Sandy's Aftermath Hampers Communications on the East Coast

The agency's chairman said the "communications outages could get worse before they get better."

In addition to flooding data centers and taking some websites offline, Hurricane Sandy has also knocked out communications on the East Coast. Mobile communications are particularly hard hit as many cell towers experienced storm damage.

TechCrunch's Jordan Crook reported, "According to the FCC, 25 percent of cell towers in ten states were disrupted or damaged during the Hurricane. Landline outages are 'far fewer' but 25 percent of cable services have also gone down, meaning many are without news updates at all."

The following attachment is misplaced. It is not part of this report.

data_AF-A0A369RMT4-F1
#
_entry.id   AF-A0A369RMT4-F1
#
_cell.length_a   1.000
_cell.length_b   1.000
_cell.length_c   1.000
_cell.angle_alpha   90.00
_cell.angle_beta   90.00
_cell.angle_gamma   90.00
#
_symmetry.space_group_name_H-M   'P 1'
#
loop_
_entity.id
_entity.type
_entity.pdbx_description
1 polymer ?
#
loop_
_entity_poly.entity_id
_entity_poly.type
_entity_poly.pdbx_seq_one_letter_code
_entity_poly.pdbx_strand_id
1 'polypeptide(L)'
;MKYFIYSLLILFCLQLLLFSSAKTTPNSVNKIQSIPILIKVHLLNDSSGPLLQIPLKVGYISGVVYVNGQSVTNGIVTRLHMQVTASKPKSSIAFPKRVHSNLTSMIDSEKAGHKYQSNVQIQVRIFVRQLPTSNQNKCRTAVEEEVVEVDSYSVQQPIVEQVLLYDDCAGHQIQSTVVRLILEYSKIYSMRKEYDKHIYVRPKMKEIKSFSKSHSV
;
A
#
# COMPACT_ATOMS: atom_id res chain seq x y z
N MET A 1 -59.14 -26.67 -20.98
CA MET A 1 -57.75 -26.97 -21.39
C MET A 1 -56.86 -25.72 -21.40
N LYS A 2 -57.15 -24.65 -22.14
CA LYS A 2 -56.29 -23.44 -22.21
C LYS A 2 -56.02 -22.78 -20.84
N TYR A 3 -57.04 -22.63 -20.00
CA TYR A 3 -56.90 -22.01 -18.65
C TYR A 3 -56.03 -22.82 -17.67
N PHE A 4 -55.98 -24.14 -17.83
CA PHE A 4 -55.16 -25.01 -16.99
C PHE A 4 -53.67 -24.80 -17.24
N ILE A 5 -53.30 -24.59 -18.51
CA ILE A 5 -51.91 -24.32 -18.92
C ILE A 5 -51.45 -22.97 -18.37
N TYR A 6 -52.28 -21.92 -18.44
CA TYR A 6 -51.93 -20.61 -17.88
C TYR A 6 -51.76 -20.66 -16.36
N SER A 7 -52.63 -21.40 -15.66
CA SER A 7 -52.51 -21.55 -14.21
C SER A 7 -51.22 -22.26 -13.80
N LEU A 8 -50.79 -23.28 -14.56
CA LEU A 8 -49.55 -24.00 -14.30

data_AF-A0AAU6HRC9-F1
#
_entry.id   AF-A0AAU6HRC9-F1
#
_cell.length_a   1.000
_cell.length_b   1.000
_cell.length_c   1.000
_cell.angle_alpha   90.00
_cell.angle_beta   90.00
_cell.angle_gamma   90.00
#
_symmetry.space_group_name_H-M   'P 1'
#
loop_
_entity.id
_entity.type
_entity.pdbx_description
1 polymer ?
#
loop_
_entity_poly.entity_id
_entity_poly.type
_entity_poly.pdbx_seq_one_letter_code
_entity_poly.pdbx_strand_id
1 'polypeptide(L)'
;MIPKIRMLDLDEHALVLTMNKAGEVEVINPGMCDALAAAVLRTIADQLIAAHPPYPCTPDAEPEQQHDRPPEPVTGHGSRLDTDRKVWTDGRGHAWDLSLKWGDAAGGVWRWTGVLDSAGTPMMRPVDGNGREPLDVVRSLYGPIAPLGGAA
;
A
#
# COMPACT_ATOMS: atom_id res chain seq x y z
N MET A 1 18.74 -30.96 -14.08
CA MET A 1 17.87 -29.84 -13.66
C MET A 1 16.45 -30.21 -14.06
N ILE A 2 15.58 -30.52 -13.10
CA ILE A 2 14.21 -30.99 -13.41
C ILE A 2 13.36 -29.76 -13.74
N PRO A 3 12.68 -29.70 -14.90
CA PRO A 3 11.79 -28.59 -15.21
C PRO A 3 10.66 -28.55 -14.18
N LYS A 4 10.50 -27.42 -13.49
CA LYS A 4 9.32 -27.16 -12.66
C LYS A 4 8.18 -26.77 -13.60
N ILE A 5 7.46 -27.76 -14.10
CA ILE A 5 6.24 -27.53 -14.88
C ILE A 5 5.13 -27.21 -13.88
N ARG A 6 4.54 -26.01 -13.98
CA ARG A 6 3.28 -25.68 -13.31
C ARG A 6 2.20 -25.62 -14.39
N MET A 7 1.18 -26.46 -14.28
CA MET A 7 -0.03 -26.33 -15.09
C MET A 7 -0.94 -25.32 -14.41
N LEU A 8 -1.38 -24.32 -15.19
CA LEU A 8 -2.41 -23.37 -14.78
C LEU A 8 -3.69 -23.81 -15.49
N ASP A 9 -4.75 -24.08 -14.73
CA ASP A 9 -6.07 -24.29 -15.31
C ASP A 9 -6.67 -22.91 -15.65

A Reuters report added, "Floods, high winds, snow and related power outages brought on by Hurricane Sandy knocked out a small number of 911 call centers, forcing the emergency service to be re-routed, the Federal Communications Commission's top official said on Tuesday."

The Register quoted FCC Chairman Julius Genachowski who said, "This was and still is a devastating storm with a serious impact on our nation's communications infrastructure." He continued, "The storm is not over. And our assumption is that communications outages could get worse before they get better, particularly for mobile networks, because of the flooding and loss of power."

Bloomberg's Todd Shields and Ryan Faughnder observed, "New Yorkers went to great lengths to stay connected. At a Duane Reade pharmacy at 34th Street and Eighth Avenue, visitors unplugged the lights on a Christmas tree to recharge their mobile phones in the outlets. One man ducked into an unmanned Chase branch on 60th Street near Lexington Avenue to plug in a phone at the end of a line of ATMs."

Tags: outage, mobile, FCC, cell phone, communications

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